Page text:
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is is a time buy. we are buying time to try to get a therapy, to try to get a vaccine and sort out our health system so when it comes back we're better prepared. >> try to get testing, right. finally. still ahead on "morning joe," nbc news just sat down with one of china's most influential leaders. what he's saying about the spread of the coronavirus and president trump's pledge to hold beijing accountable. we'll go live to china for that. and that segment should give two of our guests later plenty to talk about. two top members from the foreign relations committee, senators chris murphy and chris coons join the discussion. you're watching "morning joe." we'll be right back. you're watching "morning joe." we'll beig rht back. my patients i often see them have teeth sensitivity as well as gum issues. does it worry me? absolutely.
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i'm just looking at willie's text about my voice. willie, why don't you take the nbc news reporting that the white house has ordered u.s. intelligence agencies to find out whether china and the world
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health organization initially hid what they knewbout the deadly coronavirus pandemic. i'll rest it. >> you're powering through like the pro you are, mika. i'll pick it up here. according to an official directly familiar with the matter, last week the nsa and the defense intelligence agency received a specific tasking seeking information about the outbreak's early days. current and former officials familiar with the matter also confirmed that the cia received similar instructions. as part of this tasking, are the intelligence agencies were asked to determine what the w.h.o. knew about two research labs studying coronaviruses in wuhan where the virus was first observed. the move comes as the white house secretary of state mike pompeo and president trump's political allies focus their attention on china's inability to contain the virus shortly after it emaerthd they are nerg not alone. joining us now is janis mackey frayer who recently sat down for
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an exclusive interview with china's advice minister. good morning. what'd you find out? >> reporter: well, there are a lot of questions, willie, about what china knew, when it knew it, and allegations that it has withheld information, delayed releasing information, even suppressing whistle-blowers. all of these questions have lingered pretty much since the beginning of the outbreak. it's now when the virus appears to be under control here that china is now shifting tact and launching more of an information controlled offensive to try to shape public opinion, to shape how the world views its response to the virus. not only applauding what it was able to do to get the case numbers down, but also taking issue with weaknesses in other places, in particular the united states. they have come out swinging. it's quite an aggressive and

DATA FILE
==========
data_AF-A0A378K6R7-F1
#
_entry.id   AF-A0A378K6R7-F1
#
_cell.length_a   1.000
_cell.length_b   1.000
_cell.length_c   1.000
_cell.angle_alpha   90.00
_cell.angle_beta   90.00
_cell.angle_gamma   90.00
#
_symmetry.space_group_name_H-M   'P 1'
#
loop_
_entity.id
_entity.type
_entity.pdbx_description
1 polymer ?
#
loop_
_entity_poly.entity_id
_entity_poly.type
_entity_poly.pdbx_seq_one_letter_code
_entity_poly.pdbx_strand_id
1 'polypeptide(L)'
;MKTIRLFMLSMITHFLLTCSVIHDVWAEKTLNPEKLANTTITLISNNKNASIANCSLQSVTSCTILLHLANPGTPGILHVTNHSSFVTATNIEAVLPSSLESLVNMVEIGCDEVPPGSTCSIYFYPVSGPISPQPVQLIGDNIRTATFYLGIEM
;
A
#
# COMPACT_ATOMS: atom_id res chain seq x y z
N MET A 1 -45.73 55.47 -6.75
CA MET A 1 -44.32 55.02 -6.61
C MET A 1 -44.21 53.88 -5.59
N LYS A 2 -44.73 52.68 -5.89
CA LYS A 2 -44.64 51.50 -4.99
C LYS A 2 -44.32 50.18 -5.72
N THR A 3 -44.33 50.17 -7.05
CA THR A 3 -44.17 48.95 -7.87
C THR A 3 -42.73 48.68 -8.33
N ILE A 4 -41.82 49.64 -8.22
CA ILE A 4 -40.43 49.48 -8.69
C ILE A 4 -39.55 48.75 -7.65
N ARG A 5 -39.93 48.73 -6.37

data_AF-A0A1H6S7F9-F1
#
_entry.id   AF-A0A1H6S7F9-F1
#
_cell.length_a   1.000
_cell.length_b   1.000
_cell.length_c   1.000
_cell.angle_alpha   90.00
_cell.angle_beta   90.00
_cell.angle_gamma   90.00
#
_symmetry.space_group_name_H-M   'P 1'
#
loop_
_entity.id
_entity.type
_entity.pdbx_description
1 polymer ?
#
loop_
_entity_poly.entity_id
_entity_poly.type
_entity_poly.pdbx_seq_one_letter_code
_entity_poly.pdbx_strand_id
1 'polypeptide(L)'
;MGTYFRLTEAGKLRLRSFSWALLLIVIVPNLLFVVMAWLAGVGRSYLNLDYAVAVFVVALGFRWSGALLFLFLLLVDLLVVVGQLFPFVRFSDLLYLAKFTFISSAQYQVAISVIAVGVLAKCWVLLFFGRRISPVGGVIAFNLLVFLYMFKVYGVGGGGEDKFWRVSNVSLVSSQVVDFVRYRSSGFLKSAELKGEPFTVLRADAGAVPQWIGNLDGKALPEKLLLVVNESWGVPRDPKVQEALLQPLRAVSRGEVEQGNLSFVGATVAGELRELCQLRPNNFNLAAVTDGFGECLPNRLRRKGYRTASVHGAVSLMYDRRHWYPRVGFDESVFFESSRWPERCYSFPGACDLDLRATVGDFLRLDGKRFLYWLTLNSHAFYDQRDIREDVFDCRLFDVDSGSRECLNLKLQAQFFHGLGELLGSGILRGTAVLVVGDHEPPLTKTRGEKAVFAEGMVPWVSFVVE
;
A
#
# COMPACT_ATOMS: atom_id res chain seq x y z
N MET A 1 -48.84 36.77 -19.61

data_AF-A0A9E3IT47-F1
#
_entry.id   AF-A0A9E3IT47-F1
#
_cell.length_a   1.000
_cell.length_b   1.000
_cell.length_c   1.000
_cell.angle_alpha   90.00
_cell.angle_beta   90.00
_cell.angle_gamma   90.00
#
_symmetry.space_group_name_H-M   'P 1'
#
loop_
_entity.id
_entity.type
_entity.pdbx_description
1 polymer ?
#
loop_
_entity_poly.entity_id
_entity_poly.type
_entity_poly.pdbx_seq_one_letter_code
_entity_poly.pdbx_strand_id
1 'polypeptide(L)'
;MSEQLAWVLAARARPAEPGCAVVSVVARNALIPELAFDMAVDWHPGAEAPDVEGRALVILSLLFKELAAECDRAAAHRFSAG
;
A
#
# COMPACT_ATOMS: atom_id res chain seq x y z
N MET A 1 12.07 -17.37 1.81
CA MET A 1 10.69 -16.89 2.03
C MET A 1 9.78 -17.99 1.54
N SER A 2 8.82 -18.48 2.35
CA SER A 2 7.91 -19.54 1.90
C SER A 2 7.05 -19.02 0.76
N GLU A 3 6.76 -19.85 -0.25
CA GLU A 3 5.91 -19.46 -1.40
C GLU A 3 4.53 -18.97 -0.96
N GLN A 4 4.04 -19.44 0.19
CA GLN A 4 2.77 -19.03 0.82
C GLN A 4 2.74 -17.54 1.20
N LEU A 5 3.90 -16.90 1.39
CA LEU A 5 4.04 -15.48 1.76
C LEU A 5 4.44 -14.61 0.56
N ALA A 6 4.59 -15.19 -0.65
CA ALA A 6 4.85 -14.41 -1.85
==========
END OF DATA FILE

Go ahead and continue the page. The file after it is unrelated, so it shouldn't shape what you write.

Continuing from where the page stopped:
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assertive strategy on the part of foreign affairs officials. we sat down with the executive advice foreign minister chung. he's seen as a rising star within china's government here to put some of these issues to him. mainly whether -- how china views calls for compensation, for accountability, and for an independent investigation. here's what he had to say. >> translator: demands for reparations from china are not reasonable and they have no legal basis. in fact, think there's no difference between such demands and blackmail. the attempts to shift blame to china for some countries or some people's own inadequate responses will find little support and end up nowhere. >> reporter: those inadequate responses are, of course, china's view of how the u.s. has handled the pandemic for americans. when i asked the minister
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whether americans could believe the numbers that were coming out of china, he said, yes, 100%. absolutely they can be trusted. and he dismisses that china withheld anything. he believes that china has been transparent, that from the time that the city of wuhan was locked down on the 23rd of february until the middle of march when the u.s. declared its national state of emergency, that there was plenty of information, there was plenty of warning, and more than enough time. here's what he said. >> translator: on january 23rd when wuhan went into lockdown, the united states reported only one confirmed case. but on march 13th when president trump announced the national emergency, the united states reported over 1,600 confirmed cases. there are quite a number of u.s. experts working in the w.h.o. they are aware of what was going on in the world. the u.s. government should be aware of what was going on in the world. but, in this 50-day interval,